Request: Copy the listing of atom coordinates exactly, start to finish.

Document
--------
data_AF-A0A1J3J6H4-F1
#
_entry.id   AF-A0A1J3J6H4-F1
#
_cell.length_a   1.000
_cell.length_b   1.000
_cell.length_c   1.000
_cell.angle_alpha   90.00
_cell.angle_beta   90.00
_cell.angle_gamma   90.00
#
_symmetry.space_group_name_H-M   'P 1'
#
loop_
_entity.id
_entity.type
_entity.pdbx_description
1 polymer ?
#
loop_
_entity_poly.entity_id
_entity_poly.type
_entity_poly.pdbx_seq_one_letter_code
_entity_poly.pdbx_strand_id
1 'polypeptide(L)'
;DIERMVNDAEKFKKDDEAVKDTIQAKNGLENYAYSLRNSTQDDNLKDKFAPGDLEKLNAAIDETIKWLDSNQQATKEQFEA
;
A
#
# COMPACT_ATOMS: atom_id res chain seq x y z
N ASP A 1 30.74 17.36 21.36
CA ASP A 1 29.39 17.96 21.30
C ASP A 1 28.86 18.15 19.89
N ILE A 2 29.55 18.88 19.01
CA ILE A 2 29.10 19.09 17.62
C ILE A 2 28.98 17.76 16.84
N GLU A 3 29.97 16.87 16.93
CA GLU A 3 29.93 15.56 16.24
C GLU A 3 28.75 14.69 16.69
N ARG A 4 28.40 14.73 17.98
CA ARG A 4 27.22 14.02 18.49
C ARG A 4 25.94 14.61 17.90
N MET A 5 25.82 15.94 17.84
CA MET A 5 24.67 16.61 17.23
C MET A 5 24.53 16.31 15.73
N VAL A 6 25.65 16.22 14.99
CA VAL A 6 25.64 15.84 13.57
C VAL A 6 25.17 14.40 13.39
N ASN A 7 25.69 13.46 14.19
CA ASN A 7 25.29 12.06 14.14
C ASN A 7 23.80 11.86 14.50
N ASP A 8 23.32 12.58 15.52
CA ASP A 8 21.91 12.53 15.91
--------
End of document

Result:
data_AF-A0A1J3J6H4-F1
#
_entry.id   AF-A0A1J3J6H4-F1
#
_cell.length_a   1.000
_cell.length_b   1.000
_cell.length_c   1.000
_cell.angle_alpha   90.00
_cell.angle_beta   90.00
_cell.angle_gamma   90.00
#
_symmetry.space_group_name_H-M   'P 1'
#
loop_
_entity.id
_entity.type
_entity.pdbx_description
1 polymer ?
#
loop_
_entity_poly.entity_id
_entity_poly.type
_entity_poly.pdbx_seq_one_letter_code
_entity_poly.pdbx_strand_id
1 'polypeptide(L)'
;DIERMVNDAEKFKKDDEAVKDTIQAKNGLENYAYSLRNSTQDDNLKDKFAPGDLEKLNAAIDETIKWLDSNQQATKEQFEA
;
A
#
# COMPACT_ATOMS: atom_id res chain seq x y z
N ASP A 1 30.74 17.36 21.36
CA ASP A 1 29.39 17.96 21.30
C ASP A 1 28.86 18.15 19.89
N ILE A 2 29.55 18.88 19.01
CA ILE A 2 29.10 19.09 17.62
C ILE A 2 28.98 17.76 16.84
N GLU A 3 29.97 16.87 16.93
CA GLU A 3 29.93 15.56 16.24
C GLU A 3 28.75 14.69 16.69
N ARG A 4 28.40 14.73 17.98
CA ARG A 4 27.22 14.02 18.49
C ARG A 4 25.94 14.61 17.90
N MET A 5 25.82 15.94 17.84
CA MET A 5 24.67 16.61 17.23
C MET A 5 24.53 16.31 15.73
N VAL A 6 25.65 16.22 14.99
CA VAL A 6 25.64 15.84 13.57
C VAL A 6 25.17 14.40 13.39
N ASN A 7 25.69 13.46 14.19
CA ASN A 7 25.29 12.06 14.14
C ASN A 7 23.80 11.86 14.50
N ASP A 8 23.32 12.58 15.52
CA ASP A 8 21.91 12.53 15.91